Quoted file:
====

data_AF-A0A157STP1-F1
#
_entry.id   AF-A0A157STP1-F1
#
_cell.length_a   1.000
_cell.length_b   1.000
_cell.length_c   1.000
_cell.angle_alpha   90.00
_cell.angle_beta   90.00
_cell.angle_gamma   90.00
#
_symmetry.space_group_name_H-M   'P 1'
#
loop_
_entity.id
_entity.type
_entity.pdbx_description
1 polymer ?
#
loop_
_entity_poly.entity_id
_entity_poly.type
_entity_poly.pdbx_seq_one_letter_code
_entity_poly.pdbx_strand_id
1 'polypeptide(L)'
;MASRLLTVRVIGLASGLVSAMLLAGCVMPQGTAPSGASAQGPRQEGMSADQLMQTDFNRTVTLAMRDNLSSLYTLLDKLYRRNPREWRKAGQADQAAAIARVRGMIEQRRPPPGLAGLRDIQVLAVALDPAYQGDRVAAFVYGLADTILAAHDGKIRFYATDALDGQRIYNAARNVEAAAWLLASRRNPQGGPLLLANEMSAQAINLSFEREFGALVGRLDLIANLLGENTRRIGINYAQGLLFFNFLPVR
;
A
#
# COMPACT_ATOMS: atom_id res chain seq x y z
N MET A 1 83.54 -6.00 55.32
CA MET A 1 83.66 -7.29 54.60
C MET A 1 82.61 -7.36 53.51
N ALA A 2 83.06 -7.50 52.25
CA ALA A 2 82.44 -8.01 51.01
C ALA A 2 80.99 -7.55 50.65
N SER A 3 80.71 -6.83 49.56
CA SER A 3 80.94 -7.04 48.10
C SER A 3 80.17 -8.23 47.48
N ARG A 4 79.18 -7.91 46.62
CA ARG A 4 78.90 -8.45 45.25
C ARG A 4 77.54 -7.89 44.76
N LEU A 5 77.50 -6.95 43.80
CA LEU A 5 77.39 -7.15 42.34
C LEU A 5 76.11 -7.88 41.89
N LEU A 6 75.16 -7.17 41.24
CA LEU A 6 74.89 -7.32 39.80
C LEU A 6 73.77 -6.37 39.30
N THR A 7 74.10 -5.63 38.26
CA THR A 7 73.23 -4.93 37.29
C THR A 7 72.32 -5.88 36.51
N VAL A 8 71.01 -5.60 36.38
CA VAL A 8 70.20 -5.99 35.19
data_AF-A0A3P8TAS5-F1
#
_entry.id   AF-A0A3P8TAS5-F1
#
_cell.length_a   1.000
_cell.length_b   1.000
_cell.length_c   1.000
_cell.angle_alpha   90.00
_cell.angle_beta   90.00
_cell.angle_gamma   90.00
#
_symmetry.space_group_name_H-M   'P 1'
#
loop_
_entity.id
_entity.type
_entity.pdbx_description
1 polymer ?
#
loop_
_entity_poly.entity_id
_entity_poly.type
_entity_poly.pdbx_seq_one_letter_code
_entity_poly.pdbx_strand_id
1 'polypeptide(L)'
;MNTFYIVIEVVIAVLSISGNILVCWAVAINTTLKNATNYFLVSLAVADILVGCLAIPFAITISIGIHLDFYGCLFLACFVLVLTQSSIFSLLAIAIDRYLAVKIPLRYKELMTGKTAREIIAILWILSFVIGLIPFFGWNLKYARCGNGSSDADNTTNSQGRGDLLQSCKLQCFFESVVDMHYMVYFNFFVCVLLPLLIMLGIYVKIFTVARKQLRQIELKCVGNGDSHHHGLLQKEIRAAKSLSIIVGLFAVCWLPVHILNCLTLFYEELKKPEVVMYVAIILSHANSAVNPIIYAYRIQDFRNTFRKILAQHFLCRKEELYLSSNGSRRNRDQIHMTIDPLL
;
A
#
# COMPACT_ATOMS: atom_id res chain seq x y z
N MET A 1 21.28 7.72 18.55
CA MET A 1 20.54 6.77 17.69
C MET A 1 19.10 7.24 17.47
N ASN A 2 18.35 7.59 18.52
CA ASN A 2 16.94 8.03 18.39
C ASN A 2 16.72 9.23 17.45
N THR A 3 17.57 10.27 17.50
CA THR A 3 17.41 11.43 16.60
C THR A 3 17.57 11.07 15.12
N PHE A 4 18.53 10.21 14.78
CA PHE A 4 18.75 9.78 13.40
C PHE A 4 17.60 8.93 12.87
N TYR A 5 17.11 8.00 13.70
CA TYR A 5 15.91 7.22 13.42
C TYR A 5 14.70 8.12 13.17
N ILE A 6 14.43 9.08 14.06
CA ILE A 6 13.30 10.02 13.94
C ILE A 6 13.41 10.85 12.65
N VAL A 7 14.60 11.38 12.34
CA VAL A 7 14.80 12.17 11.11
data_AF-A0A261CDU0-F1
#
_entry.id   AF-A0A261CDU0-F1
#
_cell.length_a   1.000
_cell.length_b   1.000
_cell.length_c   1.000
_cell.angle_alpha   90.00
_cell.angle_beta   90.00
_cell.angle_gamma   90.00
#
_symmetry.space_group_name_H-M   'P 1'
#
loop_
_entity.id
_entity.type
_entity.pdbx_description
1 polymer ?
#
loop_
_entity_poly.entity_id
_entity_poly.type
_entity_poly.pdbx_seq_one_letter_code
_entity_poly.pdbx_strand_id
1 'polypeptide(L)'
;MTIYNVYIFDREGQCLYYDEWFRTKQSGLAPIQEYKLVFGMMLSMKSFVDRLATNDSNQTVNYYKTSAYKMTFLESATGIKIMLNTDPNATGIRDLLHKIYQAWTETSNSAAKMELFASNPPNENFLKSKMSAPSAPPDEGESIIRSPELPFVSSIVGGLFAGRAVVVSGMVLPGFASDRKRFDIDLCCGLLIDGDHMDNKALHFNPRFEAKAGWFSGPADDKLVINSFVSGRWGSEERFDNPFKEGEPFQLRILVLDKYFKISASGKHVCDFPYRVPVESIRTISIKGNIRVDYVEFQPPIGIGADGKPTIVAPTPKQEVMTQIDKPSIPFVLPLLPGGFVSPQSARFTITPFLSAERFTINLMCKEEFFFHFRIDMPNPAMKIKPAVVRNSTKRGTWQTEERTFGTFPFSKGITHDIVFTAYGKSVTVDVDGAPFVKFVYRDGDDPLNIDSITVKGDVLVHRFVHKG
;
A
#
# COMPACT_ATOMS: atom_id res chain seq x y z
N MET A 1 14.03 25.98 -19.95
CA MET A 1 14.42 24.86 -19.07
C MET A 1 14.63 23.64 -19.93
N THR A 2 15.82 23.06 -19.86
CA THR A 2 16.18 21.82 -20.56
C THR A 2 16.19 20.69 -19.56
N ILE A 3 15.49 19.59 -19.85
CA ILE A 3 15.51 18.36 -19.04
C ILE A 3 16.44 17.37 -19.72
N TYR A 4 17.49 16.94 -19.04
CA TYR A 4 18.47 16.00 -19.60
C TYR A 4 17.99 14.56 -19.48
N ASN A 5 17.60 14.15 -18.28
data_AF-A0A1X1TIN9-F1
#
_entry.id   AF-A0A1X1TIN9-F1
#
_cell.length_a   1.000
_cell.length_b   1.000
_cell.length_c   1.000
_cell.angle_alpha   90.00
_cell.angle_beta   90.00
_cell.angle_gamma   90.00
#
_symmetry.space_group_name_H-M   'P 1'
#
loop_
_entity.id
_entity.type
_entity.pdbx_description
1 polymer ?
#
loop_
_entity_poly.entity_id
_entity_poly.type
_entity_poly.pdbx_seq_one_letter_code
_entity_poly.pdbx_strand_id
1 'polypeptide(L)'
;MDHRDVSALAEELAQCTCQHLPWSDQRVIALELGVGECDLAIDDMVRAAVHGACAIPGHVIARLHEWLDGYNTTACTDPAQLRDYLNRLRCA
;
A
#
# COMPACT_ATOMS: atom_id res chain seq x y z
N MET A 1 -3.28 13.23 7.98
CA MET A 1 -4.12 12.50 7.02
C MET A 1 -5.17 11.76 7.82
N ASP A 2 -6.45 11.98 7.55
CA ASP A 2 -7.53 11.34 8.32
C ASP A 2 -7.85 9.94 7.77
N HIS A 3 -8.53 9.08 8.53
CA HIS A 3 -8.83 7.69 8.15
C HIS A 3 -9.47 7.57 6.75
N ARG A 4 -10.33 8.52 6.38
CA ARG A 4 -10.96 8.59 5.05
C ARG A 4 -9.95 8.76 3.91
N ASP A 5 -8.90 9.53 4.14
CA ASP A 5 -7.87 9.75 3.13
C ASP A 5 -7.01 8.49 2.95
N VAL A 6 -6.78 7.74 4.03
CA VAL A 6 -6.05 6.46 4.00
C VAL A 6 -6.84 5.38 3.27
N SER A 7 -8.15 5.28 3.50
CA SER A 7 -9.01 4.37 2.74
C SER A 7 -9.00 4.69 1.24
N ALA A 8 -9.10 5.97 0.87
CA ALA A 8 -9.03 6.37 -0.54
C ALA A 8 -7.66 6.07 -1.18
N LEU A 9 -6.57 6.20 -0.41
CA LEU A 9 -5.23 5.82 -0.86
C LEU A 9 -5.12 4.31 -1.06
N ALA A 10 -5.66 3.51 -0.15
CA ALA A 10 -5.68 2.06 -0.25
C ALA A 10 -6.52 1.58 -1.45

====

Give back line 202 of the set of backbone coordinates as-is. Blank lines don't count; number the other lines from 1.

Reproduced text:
CA LEU A 9 -5.23 5.82 -0.86